MRO Magazine

Feature

Profile: Quebec pulley maker boosts productivity to stay competitive

In business since 1964 and located in Sainte-Claire, Que., Maska has remained competitive as a North American manufacturer despite increasing competition in its market. Maska is a manufacturer and sup...


In business since 1964 and located in Sainte-Claire, Que., Maska has remained competitive as a North American manufacturer despite increasing competition in its market. Maska is a manufacturer and supplier of V-belt pulleys and related power transmission components for a variety of industries.

“Up until the 90’s we were up against principally American multi-national companies, wherein we held our own as far as pricing and quality were concerned, ” says sales director Mario Lacasse. “However, increasing overseas competition and a rising Canadian dollar meant that we had to adapt and quickly.”

How? The answer was simple — through greatly improved productivity, he says. But how did the company achieve such a feat on a significant enough level to counter price differences of as much as 50% lower?

Maska foresaw the value of investing in automated operations, but more specifically in 1998 the decision was taken to invest in industrial prototype robots and increased automated primary and secondary machining operations. Not only can one robot perform the work of three to five people, but overall cost reductions result from a significantly increased production rate, optimized floor space, considerably reduced lead times due to 24-hour machine availability, greater process control, consistent quality output and elimination of the human error element.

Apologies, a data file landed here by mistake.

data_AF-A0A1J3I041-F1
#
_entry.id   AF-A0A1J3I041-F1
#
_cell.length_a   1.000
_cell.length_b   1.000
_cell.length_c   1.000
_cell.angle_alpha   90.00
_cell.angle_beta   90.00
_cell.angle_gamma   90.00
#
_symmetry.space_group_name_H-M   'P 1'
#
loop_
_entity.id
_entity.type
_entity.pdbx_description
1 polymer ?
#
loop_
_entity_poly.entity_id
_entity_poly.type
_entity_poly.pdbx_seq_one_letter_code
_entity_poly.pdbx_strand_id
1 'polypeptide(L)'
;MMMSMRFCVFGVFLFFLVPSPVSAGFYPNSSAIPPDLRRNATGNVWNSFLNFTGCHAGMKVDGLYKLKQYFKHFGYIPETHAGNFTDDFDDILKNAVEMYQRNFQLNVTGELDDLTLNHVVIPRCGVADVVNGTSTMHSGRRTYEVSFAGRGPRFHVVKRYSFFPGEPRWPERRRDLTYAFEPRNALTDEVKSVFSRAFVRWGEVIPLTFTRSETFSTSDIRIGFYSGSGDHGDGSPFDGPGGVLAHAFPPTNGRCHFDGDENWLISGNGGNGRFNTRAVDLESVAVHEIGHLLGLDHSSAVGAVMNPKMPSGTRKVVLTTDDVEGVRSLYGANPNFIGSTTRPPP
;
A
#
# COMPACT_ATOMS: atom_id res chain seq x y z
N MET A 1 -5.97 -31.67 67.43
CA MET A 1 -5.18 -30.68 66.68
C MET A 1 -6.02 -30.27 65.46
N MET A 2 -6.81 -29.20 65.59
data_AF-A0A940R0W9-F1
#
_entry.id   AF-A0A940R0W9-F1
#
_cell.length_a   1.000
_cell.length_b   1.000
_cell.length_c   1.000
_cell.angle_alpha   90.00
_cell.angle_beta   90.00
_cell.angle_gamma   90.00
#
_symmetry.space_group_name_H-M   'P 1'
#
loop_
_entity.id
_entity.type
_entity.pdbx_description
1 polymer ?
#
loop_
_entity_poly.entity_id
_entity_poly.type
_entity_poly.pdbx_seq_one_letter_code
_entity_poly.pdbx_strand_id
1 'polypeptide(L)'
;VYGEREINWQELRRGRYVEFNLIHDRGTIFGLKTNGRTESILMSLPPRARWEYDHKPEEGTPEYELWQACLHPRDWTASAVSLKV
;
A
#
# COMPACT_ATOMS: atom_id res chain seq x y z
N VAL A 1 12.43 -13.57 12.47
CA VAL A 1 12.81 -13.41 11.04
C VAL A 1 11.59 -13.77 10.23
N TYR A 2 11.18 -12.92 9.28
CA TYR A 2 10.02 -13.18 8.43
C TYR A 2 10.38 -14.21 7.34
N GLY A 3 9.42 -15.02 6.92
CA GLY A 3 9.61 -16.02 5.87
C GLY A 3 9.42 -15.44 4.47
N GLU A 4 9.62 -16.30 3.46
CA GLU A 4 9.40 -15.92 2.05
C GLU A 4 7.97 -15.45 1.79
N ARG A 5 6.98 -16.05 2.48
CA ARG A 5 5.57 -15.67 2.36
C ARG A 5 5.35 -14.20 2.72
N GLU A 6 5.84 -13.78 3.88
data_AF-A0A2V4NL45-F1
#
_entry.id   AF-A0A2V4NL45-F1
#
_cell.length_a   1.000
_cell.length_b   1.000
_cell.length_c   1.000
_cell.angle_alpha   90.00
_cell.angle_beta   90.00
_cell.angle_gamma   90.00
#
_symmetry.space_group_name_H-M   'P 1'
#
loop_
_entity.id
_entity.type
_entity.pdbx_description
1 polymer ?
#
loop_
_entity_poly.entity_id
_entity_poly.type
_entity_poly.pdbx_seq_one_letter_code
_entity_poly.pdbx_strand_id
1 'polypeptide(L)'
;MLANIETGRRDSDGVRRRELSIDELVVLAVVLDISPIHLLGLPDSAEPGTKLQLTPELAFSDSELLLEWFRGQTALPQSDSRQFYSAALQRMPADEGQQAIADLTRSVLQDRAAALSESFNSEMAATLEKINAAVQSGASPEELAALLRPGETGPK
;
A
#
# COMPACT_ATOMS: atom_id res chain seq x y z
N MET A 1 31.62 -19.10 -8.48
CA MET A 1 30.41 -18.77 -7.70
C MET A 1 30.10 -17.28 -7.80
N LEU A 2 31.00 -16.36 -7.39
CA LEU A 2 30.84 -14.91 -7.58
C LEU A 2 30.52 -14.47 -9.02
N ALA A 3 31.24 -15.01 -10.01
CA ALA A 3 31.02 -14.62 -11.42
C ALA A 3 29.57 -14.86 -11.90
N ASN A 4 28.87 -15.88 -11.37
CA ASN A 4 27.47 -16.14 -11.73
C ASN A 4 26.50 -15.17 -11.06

An investment of several million dollars over the past few years has allowed Maska to not only be aggressively competitive but has also resulted in enhanced quality standards. “Our fifth and largest cell is currently being installed in our plant, a process which can take from three to six months,” says Lacasse.

“With each new addition to our robotic family, new functions are developed in-house to improve production efficiency. Our last two robots are unique as to the actual size and weight of the pulleys,” he says. They will be manoeuvring parts from 6 in. to 31.5 in. in size, and castings that can weigh up to 258 kg (570 lb); each robot can handle two of these at a time. The robot’s jaws that hold the parts are 42 in. wide and themselves weigh more than 272 kg (600 lb).

Another feature consists of two systems for artificial vision. The first is to detect the position of the pulley’s arms before picking them up. The second allows them to feed themselves by ‘seeing’ the vertical position of the casting on the pallet. Finally, a conveyor system 12 metres (36 ft) long supplies two balancing stations that complete operations before sending the products off to the paint line.

Work cells are equipped with an infrared temperature compensation measuring system to dimensionally control the inside diameter of the pulley bore, as well as an etching operation that indicates the characteristics and production lot for follow-up.

“Maska has experienced more than 40 years of progress on every level possible,” says president Yvon Fortier. “If the past reflects the future, if we maintain the beat, and if we continue to closely observe industry trends, then Maska’s prospects are very bright and we can look forward with optimism to the next decades to come.”

For more information, visit www.maskapulleys.com.